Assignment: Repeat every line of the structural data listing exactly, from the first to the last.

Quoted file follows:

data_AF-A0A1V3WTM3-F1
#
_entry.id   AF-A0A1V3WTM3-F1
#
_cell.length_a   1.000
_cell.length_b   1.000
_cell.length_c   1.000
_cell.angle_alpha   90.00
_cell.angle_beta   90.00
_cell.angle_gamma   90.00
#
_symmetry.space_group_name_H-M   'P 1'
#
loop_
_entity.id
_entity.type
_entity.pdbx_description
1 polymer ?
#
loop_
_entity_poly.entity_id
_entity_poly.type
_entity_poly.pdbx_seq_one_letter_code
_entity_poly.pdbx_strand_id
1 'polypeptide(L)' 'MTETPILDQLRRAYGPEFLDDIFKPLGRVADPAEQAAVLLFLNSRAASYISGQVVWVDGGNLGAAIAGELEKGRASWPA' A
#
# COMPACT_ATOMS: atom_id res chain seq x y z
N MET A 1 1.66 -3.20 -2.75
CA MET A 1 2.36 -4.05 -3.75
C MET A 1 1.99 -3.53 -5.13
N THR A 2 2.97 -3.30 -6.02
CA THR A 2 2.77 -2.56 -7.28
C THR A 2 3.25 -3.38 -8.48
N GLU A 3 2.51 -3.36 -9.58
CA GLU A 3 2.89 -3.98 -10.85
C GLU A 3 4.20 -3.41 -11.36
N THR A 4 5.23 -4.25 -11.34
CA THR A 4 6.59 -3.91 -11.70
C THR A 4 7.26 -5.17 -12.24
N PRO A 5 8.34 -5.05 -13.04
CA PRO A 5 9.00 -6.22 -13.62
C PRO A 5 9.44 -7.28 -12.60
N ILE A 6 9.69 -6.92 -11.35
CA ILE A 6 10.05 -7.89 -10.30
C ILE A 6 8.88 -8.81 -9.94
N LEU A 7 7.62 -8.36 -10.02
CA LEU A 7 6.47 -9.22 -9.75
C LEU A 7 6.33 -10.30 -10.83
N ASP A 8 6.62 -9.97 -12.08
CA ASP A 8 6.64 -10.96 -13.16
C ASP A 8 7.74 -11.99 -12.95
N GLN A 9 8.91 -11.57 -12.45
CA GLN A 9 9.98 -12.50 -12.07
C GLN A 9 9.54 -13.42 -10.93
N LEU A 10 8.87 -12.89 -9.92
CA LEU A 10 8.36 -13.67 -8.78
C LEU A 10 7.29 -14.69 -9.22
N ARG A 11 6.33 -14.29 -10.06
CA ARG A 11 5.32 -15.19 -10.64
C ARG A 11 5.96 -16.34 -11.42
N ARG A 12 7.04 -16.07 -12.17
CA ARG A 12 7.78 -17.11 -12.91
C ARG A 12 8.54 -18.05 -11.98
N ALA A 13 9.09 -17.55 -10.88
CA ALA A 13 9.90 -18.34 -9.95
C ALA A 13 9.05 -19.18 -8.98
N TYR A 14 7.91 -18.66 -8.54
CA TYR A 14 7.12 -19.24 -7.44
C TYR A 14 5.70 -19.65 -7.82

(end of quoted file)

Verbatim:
data_AF-A0A1V3WTM3-F1
#
_entry.id   AF-A0A1V3WTM3-F1
#
_cell.length_a   1.000
_cell.length_b   1.000
_cell.length_c   1.000
_cell.angle_alpha   90.00
_cell.angle_beta   90.00
_cell.angle_gamma   90.00
#
_symmetry.space_group_name_H-M   'P 1'
#
loop_
_entity.id
_entity.type
_entity.pdbx_description
1 polymer ?
#
loop_
_entity_poly.entity_id
_entity_poly.type
_entity_poly.pdbx_seq_one_letter_code
_entity_poly.pdbx_strand_id
1 'polypeptide(L)' 'MTETPILDQLRRAYGPEFLDDIFKPLGRVADPAEQAAVLLFLNSRAASYISGQVVWVDGGNLGAAIAGELEKGRASWPA' A
#
# COMPACT_ATOMS: atom_id res chain seq x y z
N MET A 1 1.66 -3.20 -2.75
CA MET A 1 2.36 -4.05 -3.75
C MET A 1 1.99 -3.53 -5.13
N THR A 2 2.97 -3.30 -6.02
CA THR A 2 2.77 -2.56 -7.28
C THR A 2 3.25 -3.38 -8.48
N GLU A 3 2.51 -3.36 -9.58
CA GLU A 3 2.89 -3.98 -10.85
C GLU A 3 4.20 -3.41 -11.36
N THR A 4 5.23 -4.25 -11.34
CA THR A 4 6.59 -3.91 -11.70
C THR A 4 7.26 -5.17 -12.24
N PRO A 5 8.34 -5.05 -13.04
CA PRO A 5 9.00 -6.22 -13.62
C PRO A 5 9.44 -7.28 -12.60
N ILE A 6 9.69 -6.92 -11.35
CA ILE A 6 10.05 -7.89 -10.30
C ILE A 6 8.88 -8.81 -9.94
N LEU A 7 7.62 -8.36 -10.02
CA LEU A 7 6.47 -9.22 -9.75
C LEU A 7 6.33 -10.30 -10.83
N ASP A 8 6.62 -9.97 -12.08
CA ASP A 8 6.64 -10.96 -13.16
C ASP A 8 7.74 -11.99 -12.95
N GLN A 9 8.91 -11.57 -12.45
CA GLN A 9 9.98 -12.50 -12.07
C GLN A 9 9.54 -13.42 -10.93
N LEU A 10 8.87 -12.89 -9.92
CA LEU A 10 8.36 -13.67 -8.78
C LEU A 10 7.29 -14.69 -9.22
N ARG A 11 6.33 -14.29 -10.06
CA ARG A 11 5.32 -15.19 -10.64
C ARG A 11 5.96 -16.34 -11.42
N ARG A 12 7.04 -16.07 -12.17
CA ARG A 12 7.78 -17.11 -12.91
C ARG A 12 8.54 -18.05 -11.98
N ALA A 13 9.09 -17.55 -10.88
CA ALA A 13 9.90 -18.34 -9.95
C ALA A 13 9.05 -19.18 -8.98
N TYR A 14 7.91 -18.66 -8.54
CA TYR A 14 7.12 -19.24 -7.44
C TYR A 14 5.70 -19.65 -7.82